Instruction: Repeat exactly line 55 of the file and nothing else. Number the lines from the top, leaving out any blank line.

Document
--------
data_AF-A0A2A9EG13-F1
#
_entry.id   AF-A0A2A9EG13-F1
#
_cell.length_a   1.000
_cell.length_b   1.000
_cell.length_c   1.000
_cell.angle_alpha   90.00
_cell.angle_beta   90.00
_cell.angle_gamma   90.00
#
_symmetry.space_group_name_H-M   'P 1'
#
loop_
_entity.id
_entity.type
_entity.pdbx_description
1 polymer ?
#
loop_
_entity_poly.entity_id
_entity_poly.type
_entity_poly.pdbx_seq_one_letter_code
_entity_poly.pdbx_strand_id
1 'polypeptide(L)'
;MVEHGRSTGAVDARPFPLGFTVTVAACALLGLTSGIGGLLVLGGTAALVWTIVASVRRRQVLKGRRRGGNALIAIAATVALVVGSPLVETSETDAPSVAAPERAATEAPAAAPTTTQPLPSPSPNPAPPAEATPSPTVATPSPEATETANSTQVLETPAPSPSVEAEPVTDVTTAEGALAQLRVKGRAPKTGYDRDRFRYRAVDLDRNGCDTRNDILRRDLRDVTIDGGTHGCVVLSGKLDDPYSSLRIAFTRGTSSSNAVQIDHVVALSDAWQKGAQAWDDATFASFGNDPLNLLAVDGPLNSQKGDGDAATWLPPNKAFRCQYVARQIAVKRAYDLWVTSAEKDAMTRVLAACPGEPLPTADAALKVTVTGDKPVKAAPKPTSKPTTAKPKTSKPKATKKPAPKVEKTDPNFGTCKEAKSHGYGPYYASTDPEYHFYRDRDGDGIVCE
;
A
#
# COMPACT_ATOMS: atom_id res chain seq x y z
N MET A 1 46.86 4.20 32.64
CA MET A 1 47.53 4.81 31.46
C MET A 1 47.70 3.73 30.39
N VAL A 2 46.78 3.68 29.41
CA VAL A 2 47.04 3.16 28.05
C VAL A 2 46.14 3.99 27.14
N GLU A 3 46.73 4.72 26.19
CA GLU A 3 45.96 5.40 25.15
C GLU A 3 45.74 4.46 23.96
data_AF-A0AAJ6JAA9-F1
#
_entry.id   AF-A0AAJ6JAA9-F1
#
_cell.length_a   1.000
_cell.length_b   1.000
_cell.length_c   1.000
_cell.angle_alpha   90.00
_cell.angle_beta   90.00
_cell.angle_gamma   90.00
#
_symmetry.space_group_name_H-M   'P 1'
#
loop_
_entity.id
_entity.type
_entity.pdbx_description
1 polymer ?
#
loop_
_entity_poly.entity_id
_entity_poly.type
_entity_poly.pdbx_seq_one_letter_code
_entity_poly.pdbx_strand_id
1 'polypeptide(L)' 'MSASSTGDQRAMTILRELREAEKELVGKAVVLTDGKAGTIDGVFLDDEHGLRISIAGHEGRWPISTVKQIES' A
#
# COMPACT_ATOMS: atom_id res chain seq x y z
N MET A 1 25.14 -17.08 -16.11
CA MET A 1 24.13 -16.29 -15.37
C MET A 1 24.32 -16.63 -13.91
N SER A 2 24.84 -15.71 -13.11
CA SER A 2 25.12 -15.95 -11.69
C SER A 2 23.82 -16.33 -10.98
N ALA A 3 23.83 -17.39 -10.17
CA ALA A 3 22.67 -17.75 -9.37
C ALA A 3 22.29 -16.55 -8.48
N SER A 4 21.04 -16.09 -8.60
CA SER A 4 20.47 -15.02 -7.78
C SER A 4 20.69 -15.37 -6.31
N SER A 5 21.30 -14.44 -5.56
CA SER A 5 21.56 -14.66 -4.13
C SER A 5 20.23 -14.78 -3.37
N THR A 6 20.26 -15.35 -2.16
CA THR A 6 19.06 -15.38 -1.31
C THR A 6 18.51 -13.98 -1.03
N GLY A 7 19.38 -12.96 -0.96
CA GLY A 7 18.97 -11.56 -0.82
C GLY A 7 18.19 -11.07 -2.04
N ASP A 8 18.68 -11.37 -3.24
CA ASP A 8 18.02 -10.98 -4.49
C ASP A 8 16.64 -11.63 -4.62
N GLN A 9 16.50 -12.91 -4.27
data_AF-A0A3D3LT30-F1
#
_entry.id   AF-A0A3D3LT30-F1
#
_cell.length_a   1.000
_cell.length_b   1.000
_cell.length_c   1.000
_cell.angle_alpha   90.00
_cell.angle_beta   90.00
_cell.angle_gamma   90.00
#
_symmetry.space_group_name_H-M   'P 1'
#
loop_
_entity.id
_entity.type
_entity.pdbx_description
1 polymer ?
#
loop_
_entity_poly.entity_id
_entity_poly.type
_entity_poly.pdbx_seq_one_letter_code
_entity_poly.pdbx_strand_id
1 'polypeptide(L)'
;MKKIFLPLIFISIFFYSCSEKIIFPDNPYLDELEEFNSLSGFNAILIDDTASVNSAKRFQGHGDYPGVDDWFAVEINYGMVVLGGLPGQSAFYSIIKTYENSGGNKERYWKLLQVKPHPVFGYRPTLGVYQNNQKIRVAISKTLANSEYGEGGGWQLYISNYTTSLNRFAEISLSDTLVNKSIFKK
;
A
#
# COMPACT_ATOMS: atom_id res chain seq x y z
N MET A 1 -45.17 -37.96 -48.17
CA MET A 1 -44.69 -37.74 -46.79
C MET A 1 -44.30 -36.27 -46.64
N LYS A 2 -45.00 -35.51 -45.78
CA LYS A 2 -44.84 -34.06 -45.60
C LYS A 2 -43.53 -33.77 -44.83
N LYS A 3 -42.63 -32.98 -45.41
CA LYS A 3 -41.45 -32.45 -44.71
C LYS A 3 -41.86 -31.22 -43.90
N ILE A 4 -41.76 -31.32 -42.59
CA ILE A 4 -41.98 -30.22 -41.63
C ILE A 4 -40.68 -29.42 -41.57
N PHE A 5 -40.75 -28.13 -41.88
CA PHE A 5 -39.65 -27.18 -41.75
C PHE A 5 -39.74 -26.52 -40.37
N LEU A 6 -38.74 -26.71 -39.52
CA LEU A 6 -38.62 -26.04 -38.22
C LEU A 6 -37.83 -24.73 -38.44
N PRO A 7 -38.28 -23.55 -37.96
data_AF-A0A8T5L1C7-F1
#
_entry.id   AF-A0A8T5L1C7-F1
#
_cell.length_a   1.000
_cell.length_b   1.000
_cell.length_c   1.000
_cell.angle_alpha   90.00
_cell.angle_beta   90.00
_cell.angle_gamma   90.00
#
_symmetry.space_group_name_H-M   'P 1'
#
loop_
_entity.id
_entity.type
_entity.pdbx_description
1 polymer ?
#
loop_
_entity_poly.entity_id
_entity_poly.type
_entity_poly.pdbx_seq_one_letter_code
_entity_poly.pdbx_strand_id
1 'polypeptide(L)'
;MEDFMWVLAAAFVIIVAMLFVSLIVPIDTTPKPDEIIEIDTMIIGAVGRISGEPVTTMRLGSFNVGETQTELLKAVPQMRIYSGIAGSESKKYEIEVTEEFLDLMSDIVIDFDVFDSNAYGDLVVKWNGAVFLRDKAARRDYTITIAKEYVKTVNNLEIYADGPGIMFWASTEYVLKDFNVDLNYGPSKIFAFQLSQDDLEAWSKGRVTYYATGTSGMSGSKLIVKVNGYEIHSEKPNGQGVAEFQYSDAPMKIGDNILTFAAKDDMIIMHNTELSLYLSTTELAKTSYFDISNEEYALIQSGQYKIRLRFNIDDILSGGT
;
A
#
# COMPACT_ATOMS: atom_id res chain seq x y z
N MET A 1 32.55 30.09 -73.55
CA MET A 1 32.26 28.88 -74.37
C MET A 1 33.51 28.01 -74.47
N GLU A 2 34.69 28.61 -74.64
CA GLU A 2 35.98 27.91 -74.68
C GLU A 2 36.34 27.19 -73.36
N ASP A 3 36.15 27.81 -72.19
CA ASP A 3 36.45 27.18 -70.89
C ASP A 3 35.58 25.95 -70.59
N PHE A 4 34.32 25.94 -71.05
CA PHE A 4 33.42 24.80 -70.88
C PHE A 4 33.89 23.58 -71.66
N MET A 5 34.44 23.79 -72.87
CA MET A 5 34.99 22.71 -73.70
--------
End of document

_entity.type